Patrick Wolterman raced into the flaming house. His firefighter’s trained instinct to save the elderly homeowners trumped his urge for self-survival that cold and snowy December night in the Cincinnati area. Wolterman didn’t know that the couple he tried to rescue were gambling in Las Vegas. Nor did he know that husband Lester Parker set up the fire, to steal $250,000 of insurance money.
The first floor collapsed under Wolterman, weakened by flames licking up from the basement. He fell into the inferno below. His mask and helmet came off. Colleagues from the Hamilton Fire Department discovered Wolterman face down, dead of smoke inhalation.
Broke, needed insurance money
Parker hired nephew Billy Tucker to torch the home for an insurance payday. The couple was short of money. Aside from a small monthly Social Security check, their only income came from selling things at flea markets. They were behind on their mortgage on another home they owned up the street. Parker and his wife Bertha gambled in Las Vegas for their wedding anniversary that fatal night. It was Parker’s setup alibi.
Tucker crowbarred his way into the basement. Parker left a filled gas can, plus a bag of addictive pain pills as payment. Tucker poured gasoline over Christmas decorations and set the pile ablaze. “Babydoll. Done with the job. Got to get some rest and call you tomorrow,” Tucker texted to a girlfriend afterward.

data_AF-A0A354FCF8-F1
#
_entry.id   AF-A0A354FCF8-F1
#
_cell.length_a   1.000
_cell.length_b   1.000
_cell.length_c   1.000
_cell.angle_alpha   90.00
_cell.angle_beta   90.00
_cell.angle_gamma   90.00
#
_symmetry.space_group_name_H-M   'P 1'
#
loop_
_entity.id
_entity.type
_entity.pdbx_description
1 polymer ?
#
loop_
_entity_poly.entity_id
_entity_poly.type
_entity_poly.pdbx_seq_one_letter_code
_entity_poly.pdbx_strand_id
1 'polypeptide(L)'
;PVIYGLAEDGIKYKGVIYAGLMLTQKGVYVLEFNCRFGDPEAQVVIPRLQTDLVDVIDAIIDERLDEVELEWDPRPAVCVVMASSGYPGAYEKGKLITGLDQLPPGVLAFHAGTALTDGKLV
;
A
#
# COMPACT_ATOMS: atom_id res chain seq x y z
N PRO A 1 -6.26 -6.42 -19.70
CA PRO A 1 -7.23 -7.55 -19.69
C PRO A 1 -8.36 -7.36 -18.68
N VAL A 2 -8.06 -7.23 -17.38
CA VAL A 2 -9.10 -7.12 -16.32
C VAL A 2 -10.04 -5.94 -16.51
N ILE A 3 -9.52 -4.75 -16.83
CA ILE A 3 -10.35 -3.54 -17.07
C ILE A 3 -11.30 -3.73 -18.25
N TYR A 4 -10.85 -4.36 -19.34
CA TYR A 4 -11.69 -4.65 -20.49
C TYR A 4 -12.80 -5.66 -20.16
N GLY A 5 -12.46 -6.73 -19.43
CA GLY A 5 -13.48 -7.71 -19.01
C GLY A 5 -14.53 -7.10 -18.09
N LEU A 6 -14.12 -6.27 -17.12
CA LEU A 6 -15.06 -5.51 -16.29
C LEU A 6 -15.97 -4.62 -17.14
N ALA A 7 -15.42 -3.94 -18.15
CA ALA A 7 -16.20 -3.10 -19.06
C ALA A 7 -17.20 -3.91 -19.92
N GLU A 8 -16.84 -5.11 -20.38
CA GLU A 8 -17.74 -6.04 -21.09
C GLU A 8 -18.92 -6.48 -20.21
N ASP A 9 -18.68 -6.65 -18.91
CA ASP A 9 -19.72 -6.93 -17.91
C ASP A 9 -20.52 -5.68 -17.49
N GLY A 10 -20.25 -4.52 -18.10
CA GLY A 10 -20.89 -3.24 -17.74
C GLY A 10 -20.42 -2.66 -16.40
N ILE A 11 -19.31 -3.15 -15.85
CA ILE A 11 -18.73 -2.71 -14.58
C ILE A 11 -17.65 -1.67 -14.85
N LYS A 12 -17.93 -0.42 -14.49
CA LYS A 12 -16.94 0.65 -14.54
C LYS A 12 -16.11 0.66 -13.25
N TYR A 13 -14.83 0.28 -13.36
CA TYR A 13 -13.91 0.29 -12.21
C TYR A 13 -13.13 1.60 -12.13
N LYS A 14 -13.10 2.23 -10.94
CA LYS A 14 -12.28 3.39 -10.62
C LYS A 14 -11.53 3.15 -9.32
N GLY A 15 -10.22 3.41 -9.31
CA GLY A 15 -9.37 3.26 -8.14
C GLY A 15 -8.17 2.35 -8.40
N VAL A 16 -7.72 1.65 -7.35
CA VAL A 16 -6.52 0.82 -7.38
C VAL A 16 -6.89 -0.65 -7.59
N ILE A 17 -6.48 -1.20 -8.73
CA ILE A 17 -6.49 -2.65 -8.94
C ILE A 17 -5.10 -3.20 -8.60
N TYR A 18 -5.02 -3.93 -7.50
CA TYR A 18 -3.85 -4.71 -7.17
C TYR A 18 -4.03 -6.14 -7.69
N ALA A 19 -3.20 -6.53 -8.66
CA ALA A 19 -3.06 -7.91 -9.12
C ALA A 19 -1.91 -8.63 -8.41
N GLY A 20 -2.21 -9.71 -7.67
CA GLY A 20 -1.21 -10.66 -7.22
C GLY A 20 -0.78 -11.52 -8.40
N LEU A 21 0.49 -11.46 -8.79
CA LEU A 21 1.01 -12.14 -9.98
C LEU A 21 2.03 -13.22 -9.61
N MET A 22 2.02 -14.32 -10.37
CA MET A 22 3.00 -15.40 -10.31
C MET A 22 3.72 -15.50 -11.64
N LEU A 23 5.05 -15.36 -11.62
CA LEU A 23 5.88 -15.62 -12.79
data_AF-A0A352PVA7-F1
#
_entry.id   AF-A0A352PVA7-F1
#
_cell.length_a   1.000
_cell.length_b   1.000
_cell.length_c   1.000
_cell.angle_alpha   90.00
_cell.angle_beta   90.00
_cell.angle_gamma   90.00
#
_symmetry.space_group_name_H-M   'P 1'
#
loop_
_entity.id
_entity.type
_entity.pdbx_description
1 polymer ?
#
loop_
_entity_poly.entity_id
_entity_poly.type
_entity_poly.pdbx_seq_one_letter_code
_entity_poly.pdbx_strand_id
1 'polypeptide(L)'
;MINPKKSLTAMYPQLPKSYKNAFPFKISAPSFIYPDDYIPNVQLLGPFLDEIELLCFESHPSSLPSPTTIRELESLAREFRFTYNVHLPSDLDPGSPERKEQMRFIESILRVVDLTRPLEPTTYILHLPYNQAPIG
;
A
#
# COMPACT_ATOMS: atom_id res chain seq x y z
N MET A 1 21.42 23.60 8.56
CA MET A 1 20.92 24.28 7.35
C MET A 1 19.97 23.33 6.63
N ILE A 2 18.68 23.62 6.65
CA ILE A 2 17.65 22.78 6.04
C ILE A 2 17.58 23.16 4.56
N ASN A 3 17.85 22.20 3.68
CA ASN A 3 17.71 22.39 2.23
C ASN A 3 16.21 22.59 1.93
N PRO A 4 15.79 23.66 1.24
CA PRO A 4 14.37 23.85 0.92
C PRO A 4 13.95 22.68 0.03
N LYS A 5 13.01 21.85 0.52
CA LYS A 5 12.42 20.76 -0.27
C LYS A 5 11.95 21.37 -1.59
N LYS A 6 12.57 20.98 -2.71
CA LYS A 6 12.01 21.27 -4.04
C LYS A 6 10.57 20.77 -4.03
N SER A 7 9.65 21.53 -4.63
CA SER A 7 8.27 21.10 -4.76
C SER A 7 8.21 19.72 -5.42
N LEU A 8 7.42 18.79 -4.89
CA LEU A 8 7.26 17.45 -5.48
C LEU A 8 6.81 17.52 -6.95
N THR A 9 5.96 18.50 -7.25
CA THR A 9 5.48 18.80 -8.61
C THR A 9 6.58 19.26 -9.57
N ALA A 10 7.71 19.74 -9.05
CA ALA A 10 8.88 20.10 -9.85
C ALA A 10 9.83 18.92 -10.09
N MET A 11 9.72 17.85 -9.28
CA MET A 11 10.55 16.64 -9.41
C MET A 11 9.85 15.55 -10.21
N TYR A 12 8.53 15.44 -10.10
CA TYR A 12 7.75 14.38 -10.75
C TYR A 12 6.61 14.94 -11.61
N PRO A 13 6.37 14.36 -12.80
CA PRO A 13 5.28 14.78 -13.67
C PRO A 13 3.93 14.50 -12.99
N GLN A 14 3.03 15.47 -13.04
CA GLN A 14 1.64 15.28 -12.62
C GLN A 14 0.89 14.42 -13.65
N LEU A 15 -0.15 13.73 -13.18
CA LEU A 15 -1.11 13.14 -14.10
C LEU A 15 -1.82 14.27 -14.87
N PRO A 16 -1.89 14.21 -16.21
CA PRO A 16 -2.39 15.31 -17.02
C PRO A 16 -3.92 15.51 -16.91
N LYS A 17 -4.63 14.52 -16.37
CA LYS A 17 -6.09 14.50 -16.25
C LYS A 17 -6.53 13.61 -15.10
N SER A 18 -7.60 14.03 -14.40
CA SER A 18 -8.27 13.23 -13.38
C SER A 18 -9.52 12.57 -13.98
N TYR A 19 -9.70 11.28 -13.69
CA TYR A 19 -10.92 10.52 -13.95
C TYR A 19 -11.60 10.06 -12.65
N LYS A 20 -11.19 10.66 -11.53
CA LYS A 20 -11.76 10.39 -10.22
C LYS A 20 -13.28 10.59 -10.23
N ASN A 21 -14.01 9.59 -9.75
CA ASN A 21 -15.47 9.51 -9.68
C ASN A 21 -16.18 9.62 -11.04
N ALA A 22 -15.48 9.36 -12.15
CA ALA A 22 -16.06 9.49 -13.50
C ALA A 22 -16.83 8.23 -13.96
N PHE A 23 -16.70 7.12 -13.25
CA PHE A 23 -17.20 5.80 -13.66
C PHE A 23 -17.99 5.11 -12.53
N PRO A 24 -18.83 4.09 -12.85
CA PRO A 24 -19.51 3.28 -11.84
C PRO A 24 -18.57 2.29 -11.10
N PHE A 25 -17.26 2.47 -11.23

Phone calls track arsonists
Facebook messages Tucker sent to people had GPS locations that placed him near the arson scene. Phone records also tracked the pair’s whereabouts and conversations. A Hamilton police license-plate reader captured an image of the car a woman used to drive Tucker to Hamilton the morning of the fire.
Before heading to Las Vegas, Parker also moved a butler statue, log cabin diorama, family papers, Harley-Davidson wall decoration and other family valuables to the garage. He just wanted to create room for a family gathering, he lied at his trial. Parker and Tucker received life without parole thanks to dogged investigators — plus an astute prosecution by the Butler County prosecutor’s office.
Wolterman was married for less than seven months. Thousands of people lined the streets for his funeral processional and service. A stretch of road in Hamilton later was named after Wolterman.
“This is one of many days to remember Patrick and what he stood for, not only as a firefighter but as a family member,” fellow firefighter Isaac Sarris said at the roadway ceremony.
“Above everything else, he was a husband, a son, a brother, an uncle and a great man all around.”
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